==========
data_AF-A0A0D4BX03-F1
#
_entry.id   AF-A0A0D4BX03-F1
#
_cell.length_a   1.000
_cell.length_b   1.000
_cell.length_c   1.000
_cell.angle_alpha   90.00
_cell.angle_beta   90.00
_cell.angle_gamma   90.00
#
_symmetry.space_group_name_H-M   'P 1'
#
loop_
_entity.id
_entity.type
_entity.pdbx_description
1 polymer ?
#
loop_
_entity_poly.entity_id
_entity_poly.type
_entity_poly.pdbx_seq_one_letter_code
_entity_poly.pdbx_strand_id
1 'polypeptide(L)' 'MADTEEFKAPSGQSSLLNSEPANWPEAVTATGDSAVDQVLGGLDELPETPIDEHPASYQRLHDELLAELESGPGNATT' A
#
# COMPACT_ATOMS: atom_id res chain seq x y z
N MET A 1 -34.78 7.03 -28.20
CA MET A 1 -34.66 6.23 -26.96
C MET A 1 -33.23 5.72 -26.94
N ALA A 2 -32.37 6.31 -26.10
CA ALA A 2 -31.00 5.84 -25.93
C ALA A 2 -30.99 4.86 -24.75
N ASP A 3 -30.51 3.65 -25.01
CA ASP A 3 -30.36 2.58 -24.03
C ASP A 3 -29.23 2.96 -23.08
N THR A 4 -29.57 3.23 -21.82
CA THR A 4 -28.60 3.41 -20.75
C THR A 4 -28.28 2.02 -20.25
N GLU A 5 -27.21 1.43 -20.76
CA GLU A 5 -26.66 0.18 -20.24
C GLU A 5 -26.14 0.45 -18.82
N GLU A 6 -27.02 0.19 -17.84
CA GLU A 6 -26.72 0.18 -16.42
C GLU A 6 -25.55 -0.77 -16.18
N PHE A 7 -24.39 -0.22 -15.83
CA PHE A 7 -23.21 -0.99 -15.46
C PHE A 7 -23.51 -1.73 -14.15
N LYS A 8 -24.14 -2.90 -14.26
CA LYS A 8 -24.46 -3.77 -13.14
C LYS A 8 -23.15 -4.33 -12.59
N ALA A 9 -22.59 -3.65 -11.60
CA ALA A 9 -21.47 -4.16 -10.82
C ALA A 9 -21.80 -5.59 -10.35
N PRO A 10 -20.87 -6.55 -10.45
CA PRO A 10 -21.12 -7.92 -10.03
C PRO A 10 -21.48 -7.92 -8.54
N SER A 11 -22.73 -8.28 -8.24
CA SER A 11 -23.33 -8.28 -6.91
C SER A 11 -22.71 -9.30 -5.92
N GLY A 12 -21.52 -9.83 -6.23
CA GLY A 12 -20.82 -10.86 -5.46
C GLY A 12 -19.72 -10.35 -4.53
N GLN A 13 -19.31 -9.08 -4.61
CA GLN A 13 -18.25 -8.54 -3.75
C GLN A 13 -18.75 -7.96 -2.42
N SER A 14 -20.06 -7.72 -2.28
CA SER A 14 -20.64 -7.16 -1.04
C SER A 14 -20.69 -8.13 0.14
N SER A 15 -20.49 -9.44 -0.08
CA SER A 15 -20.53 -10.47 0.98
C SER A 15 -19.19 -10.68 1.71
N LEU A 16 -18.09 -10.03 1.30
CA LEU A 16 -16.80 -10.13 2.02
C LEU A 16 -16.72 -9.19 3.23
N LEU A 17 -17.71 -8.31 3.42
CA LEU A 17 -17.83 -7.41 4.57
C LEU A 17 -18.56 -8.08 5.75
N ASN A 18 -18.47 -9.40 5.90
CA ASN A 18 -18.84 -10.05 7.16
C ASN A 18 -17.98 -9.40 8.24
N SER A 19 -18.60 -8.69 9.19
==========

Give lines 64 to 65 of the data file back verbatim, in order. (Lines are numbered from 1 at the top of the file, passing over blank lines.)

N GLN A 13 -19.31 -9.08 -4.61
CA GLN A 13 -18.25 -8.54 -3.75